A Martin Scorsese film is like an old, leather wingback lounge chair: Even with its holes and flaws, it is still dependable and comfortable. His recently released The Irishman is 3 hours and 30 minutes long.
That’s a lot of sitting in front of a movie – too much for a seat in the theatre and probably at home, even if it is a comfortable leather wingback lounge chair.
Yet, despite under-editing and overindulging in Netflix-granted liberties, Scorsese produces another fascinating portrayal of early 20th century organized crime and all the hooligans who made it possible.
It is important to note that The Irishman is no “Sunshine of Your Love” accompanied, camera-dancing mobster flick with super cool slow-mo closeups of Robert De Niro grimacing in smoke-filled taverns. It is more a subdued last rites piece about American history, Jimmy Hoffa, teamster corruption, and the slow process of aging in general.
Based loosely on Charles Brandt’s I Heard You Paint Houses, we follow four decades of Frank Sheeran’s (Robert De Niro) development as a truck driver nobody to the hitman for Italian mafioso boss of Northeastern Pennsylvania, Russell Bufalino (Joe Pesci), and finally to the right-hand man of infamous Teamster, Jimmy Hoffa (Al Pacino). Primarily set in the ‘60s, we witness the fascinating rise and fall of Hoffa, his prison term, presidential pardon and release, and all the loansharking and mob interactions in between. The transitions are narrated in flashback fashion by Sheeran in a nursing home, and there are subtle but very effective touches of CGI to “youthen” our aged veteran actors.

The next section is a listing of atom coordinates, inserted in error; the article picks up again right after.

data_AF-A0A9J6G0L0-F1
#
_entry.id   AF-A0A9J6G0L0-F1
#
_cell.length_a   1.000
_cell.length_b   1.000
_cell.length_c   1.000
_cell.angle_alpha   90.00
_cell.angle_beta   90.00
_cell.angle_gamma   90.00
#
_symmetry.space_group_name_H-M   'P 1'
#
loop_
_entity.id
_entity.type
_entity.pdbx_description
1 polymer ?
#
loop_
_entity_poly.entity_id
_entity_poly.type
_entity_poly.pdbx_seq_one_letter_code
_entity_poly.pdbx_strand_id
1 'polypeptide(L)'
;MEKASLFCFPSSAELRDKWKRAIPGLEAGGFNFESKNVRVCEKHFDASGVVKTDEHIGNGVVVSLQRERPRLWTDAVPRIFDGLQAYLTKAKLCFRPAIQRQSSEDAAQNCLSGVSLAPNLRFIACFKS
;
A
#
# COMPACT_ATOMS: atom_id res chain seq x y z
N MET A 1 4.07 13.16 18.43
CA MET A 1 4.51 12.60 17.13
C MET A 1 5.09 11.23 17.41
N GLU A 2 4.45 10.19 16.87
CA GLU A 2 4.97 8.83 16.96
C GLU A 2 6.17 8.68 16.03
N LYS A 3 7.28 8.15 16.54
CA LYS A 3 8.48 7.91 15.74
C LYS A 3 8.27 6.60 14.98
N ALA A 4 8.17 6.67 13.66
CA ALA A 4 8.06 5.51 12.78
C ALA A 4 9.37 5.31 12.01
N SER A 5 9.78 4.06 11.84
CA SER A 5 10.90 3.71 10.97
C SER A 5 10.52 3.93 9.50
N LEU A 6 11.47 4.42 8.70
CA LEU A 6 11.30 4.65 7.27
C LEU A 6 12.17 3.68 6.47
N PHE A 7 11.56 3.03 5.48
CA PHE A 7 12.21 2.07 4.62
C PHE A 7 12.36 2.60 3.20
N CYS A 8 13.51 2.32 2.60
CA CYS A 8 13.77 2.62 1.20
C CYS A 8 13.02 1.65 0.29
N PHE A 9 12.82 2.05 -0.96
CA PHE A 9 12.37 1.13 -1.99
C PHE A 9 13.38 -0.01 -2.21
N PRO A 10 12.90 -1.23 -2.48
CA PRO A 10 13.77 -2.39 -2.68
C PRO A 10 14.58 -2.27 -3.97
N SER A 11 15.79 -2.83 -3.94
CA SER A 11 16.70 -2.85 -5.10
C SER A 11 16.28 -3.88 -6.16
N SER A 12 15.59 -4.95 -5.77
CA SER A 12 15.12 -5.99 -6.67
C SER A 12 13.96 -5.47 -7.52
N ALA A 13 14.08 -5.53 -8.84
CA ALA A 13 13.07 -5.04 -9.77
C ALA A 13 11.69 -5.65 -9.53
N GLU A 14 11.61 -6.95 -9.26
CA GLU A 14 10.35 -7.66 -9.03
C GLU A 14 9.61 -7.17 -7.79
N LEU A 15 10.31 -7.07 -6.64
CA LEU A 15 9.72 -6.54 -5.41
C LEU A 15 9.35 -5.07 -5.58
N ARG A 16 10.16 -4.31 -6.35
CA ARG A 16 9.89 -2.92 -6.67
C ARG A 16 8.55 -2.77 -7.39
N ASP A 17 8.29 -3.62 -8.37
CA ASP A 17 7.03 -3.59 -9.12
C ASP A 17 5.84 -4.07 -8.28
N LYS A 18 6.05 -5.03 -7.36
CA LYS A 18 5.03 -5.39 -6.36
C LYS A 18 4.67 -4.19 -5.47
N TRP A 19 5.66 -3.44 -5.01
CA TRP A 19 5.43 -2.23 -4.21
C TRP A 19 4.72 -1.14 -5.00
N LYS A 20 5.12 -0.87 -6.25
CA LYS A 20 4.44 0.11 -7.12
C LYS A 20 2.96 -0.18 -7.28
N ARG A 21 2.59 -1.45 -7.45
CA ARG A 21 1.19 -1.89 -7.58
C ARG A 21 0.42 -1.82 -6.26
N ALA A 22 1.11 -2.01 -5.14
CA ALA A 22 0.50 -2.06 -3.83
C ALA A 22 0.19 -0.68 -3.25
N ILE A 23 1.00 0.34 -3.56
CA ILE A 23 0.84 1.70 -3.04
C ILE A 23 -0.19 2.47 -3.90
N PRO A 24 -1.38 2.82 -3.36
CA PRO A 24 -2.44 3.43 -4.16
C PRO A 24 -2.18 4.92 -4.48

By far, the best scenes involve De Niro and pulled-out-of-retirement Pesci. They are not only Goodfellas nostalgic, they reclaim the unlikely but ever so prevalent charm of buddy dialogue in a mafioso culture. (Only John Travolta and Samuel L. Jackson of Pulp Fiction have come close to pulling off this kind of gangster bravado.)
Although Pacino’s Jimmy Hoffa story line is the bulk of the movie, some of his events echo “docudrama” and lose the character study edge we get from De Niro and Pesci. Still, it is always a cinematic achievement to place Pacino and De Niro in the same movie, and they share many more frames together than they did in Heat (1995). (Just don’t watch Righteous Kill, 2008.)
The remarkable 20-minute denouement would have suffered an emotional disconnectedness if Scorsese chopped it into a final series episode, so I can understand the intention of a full-length feature and not a Netflix TV series. However, even for Scorsese’s brilliant eye and notorious passion for the American mob movie, The Irishman is just too long.
No matter how dependable and comfortable the old, leather wingback lounge chair, The Irishman challenges the art of sitting, but De Niro and Pesci are worth the standing applause.
The Irishman (2019) **** out of *****